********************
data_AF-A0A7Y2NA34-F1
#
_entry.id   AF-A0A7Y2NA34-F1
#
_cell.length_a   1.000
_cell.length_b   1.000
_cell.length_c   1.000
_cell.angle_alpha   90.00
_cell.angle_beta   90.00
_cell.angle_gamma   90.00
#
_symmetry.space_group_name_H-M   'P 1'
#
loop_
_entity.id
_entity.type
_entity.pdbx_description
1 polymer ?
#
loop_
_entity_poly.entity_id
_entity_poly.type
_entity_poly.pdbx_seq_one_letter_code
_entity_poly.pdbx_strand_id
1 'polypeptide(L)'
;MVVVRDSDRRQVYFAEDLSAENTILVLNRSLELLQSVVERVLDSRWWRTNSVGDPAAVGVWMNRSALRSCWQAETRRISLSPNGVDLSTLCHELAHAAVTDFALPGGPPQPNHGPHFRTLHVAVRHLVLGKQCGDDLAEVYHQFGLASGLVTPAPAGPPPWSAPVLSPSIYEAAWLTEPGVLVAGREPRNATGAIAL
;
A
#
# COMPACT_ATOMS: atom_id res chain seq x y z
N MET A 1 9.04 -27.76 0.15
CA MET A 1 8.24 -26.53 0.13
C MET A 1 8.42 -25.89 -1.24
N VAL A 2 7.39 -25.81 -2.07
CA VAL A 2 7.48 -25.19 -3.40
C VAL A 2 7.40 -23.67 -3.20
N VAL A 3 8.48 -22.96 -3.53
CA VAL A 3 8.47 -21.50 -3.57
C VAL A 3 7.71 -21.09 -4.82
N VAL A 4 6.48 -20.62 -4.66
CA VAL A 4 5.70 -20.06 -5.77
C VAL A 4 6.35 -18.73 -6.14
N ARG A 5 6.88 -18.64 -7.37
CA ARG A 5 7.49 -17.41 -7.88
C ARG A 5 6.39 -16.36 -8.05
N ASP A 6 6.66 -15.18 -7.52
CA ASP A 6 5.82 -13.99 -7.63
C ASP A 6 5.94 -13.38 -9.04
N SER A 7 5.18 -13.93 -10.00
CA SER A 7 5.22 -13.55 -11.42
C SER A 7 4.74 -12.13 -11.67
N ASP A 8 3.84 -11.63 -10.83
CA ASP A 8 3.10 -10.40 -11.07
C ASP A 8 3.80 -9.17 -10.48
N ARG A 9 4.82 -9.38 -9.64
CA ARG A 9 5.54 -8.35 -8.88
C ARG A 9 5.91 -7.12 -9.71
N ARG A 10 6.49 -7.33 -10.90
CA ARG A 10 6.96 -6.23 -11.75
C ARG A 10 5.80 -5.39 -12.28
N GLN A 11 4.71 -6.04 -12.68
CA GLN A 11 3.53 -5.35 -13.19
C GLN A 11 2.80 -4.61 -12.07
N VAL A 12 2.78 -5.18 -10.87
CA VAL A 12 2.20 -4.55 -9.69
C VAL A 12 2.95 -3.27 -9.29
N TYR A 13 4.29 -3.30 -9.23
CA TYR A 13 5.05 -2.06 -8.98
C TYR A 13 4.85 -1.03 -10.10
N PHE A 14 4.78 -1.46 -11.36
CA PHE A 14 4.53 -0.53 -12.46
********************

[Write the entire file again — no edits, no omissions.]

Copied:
data_AF-A0A7Y2NA34-F1
#
_entry.id   AF-A0A7Y2NA34-F1
#
_cell.length_a   1.000
_cell.length_b   1.000
_cell.length_c   1.000
_cell.angle_alpha   90.00
_cell.angle_beta   90.00
_cell.angle_gamma   90.00
#
_symmetry.space_group_name_H-M   'P 1'
#
loop_
_entity.id
_entity.type
_entity.pdbx_description
1 polymer ?
#
loop_
_entity_poly.entity_id
_entity_poly.type
_entity_poly.pdbx_seq_one_letter_code
_entity_poly.pdbx_strand_id
1 'polypeptide(L)'
;MVVVRDSDRRQVYFAEDLSAENTILVLNRSLELLQSVVERVLDSRWWRTNSVGDPAAVGVWMNRSALRSCWQAETRRISLSPNGVDLSTLCHELAHAAVTDFALPGGPPQPNHGPHFRTLHVAVRHLVLGKQCGDDLAEVYHQFGLASGLVTPAPAGPPPWSAPVLSPSIYEAAWLTEPGVLVAGREPRNATGAIAL
;
A
#
# COMPACT_ATOMS: atom_id res chain seq x y z
N MET A 1 9.04 -27.76 0.15
CA MET A 1 8.24 -26.53 0.13
C MET A 1 8.42 -25.89 -1.24
N VAL A 2 7.39 -25.81 -2.07
CA VAL A 2 7.48 -25.19 -3.40
C VAL A 2 7.40 -23.67 -3.20
N VAL A 3 8.48 -22.96 -3.53
CA VAL A 3 8.47 -21.50 -3.57
C VAL A 3 7.71 -21.09 -4.82
N VAL A 4 6.48 -20.62 -4.66
CA VAL A 4 5.70 -20.06 -5.77
C VAL A 4 6.35 -18.73 -6.14
N ARG A 5 6.88 -18.64 -7.37
CA ARG A 5 7.49 -17.41 -7.88
C ARG A 5 6.39 -16.36 -8.05
N ASP A 6 6.66 -15.18 -7.52
CA ASP A 6 5.82 -13.99 -7.63
C ASP A 6 5.94 -13.38 -9.04
N SER A 7 5.18 -13.93 -10.00
CA SER A 7 5.22 -13.55 -11.42
C SER A 7 4.74 -12.13 -11.67
N ASP A 8 3.84 -11.63 -10.83
CA ASP A 8 3.10 -10.40 -11.07
C ASP A 8 3.80 -9.17 -10.48
N ARG A 9 4.82 -9.38 -9.64
CA ARG A 9 5.54 -8.35 -8.88
C ARG A 9 5.91 -7.12 -9.71
N ARG A 10 6.49 -7.33 -10.90
CA ARG A 10 6.96 -6.23 -11.75
C ARG A 10 5.80 -5.39 -12.28
N GLN A 11 4.71 -6.04 -12.68
CA GLN A 11 3.53 -5.35 -13.19
C GLN A 11 2.80 -4.61 -12.07
N VAL A 12 2.78 -5.18 -10.87
CA VAL A 12 2.20 -4.55 -9.69
C VAL A 12 2.95 -3.27 -9.29
N TYR A 13 4.29 -3.30 -9.23
CA TYR A 13 5.05 -2.06 -8.98
C TYR A 13 4.85 -1.03 -10.10
N PHE A 14 4.78 -1.46 -11.36
CA PHE A 14 4.53 -0.53 -12.46